Senior Chinese diplomat Wang Yi said on Thursday the China-Japan relationship is at a new critical juncture and he called on the two countries to overcome external distractions in developing bilateral ties and jointly oppose "decoupling".
Wang, director of the Office of the Foreign Affairs Commission of the Communist Party of China Central Committee, made the remarks in a meeting with Yohei Kono, president of the Japanese Association for the Promotion of International Trade, in Beijing.
Leading an 80-strong delegation, the 86-year-old former Speaker of the House of Representatives of Japan kicked off the China visit on Monday. It is the 46th visit to China by the association's delegation since it was founded in 1954.
Noting that this year marks the 45th anniversary of the signing of the China-Japan Treaty of Peace and Friendship, Wang Yi told his Japanese guest to build bilateral relations that meet the requirements of the new era based on fundamental principles, remain undisturbed by external distractions, implement the political consensus that China and Japan are cooperative partners rather than threats to each other, and jointly safeguard the hard-won peace and stability in Asia.
He expressed the hope that Kono and the association will strengthen confidence in cooperation, oppose "decoupling economies or severing supply chains", and make new contributions to the improvement and development of China-Japan ties.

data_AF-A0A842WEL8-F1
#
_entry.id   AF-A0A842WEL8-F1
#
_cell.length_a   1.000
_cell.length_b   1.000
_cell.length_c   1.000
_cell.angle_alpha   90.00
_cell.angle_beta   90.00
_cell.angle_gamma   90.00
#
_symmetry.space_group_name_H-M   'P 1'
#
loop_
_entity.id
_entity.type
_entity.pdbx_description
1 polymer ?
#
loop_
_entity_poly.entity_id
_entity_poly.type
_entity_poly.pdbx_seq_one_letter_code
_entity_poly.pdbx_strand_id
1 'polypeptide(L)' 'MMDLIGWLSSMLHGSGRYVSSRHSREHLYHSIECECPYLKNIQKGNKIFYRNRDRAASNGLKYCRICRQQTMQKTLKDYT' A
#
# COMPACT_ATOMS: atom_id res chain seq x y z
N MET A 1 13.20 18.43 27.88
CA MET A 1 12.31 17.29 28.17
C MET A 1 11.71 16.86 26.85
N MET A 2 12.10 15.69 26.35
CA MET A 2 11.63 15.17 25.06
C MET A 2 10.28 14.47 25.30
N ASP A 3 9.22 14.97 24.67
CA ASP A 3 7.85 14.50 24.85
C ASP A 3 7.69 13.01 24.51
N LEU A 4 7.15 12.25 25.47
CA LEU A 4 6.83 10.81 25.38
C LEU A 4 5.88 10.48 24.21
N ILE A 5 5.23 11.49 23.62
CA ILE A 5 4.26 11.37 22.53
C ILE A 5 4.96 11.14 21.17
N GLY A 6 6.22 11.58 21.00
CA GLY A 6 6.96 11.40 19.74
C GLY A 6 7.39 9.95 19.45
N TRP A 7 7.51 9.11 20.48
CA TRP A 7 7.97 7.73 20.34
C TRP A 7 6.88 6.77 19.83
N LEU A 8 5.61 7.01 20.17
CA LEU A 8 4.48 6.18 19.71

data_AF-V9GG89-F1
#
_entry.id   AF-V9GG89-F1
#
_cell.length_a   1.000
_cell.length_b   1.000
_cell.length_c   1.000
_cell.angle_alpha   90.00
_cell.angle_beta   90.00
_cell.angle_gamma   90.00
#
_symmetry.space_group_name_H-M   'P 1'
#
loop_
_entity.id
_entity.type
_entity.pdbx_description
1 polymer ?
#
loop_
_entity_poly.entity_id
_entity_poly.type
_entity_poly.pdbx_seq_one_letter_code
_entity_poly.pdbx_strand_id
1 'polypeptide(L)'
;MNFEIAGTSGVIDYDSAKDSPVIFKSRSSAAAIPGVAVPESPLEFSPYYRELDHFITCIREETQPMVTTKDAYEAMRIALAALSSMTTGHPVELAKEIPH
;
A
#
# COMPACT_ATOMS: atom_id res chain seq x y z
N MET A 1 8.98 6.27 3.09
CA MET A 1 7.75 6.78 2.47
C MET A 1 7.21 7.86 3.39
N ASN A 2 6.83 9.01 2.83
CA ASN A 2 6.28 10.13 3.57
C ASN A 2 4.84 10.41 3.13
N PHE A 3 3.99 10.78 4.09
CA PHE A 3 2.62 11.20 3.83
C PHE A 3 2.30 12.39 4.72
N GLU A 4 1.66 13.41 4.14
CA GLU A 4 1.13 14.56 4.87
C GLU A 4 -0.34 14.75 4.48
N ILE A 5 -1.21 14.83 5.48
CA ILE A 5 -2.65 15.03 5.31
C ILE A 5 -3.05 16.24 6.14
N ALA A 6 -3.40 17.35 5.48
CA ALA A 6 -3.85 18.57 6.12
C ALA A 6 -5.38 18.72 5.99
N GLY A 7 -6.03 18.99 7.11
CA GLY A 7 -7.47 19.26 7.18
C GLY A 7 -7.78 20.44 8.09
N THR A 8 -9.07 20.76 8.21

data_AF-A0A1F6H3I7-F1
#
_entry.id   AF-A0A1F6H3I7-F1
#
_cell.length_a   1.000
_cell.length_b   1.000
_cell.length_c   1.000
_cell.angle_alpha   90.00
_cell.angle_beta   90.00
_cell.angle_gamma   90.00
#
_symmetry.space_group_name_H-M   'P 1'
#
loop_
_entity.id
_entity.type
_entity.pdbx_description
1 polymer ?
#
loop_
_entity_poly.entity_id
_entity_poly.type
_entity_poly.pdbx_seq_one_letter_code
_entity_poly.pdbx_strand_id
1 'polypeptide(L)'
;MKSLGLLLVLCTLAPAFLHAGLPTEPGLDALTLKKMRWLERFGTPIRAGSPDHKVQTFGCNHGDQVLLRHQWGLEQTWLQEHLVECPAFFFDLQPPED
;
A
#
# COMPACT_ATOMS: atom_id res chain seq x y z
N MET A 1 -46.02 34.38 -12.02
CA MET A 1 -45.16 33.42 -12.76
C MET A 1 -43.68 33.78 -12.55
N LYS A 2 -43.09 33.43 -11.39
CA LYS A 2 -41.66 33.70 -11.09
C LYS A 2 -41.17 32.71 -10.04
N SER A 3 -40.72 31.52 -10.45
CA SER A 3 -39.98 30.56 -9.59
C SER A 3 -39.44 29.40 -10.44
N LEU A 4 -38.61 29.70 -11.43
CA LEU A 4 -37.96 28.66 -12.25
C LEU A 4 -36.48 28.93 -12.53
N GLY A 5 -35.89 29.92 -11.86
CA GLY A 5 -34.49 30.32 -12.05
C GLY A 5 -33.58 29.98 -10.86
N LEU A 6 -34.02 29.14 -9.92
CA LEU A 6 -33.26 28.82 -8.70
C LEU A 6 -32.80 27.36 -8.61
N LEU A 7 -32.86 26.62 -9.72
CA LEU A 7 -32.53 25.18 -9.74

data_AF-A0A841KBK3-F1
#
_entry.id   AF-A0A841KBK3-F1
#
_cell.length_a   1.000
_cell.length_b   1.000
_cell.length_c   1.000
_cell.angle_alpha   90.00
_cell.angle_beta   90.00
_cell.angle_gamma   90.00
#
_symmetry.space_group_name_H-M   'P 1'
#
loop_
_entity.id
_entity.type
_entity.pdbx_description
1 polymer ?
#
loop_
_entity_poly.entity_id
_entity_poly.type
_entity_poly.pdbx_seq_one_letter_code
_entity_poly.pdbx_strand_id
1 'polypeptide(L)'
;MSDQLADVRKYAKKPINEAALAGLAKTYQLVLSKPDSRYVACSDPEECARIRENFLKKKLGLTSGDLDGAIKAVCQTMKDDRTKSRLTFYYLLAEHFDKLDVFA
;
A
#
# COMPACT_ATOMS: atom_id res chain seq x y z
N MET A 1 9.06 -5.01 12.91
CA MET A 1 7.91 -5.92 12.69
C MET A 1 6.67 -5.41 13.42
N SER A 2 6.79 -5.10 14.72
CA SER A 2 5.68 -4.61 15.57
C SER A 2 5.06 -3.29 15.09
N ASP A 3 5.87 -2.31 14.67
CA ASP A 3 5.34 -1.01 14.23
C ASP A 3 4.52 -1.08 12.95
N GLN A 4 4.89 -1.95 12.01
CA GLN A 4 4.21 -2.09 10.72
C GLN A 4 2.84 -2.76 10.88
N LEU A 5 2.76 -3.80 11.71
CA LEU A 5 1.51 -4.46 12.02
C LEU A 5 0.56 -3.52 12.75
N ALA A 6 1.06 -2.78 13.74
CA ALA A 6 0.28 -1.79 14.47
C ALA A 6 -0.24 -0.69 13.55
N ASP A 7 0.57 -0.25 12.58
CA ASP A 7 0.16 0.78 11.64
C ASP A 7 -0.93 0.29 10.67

During the meeting, Wang also slammed a claim in Japan that "any contingency concerning Taiwan would be an emergency for Japan", saying it is absurd and dangerous. He urged Tokyo to be highly vigilant against such claims.
Kono said that Japan-China relations have come a long way and cooperation has brought benefits to both sides.
The business community does not agree with the politicization of economic issues, and "decoupling economies or severing supply chains" is in the interests of no one, he said.
Da Zhigang, director of the Institute of Northeast Asian Studies at Heilongjiang Provincial Academy of Social Sciences, said that Kono's visit signaled the Japanese business community's willingness to improve bilateral ties through enhanced economic and trade cooperation with Beijing.
Such a positive voice needs to be heard by Japanese politicians, he said, adding that Japan should look at the overall bilateral ties, and refrain from interfering in affairs concerning China's core interests or working with the United States to contain China.
Despite the contradictions and challenges in China-Japan relations, it is important for the two countries to explore opportunities for cooperation and communication, he said.
When addressing a welcoming banquet on Tuesday, Kono said that if Japan and China look at the current difficulties in their ties ten years from now, they will find that these difficulties can be overcome.
He said he hopes to create a new future together with the Chinese side, and that cooperation is the best way to solve the difficulties in bilateral ties.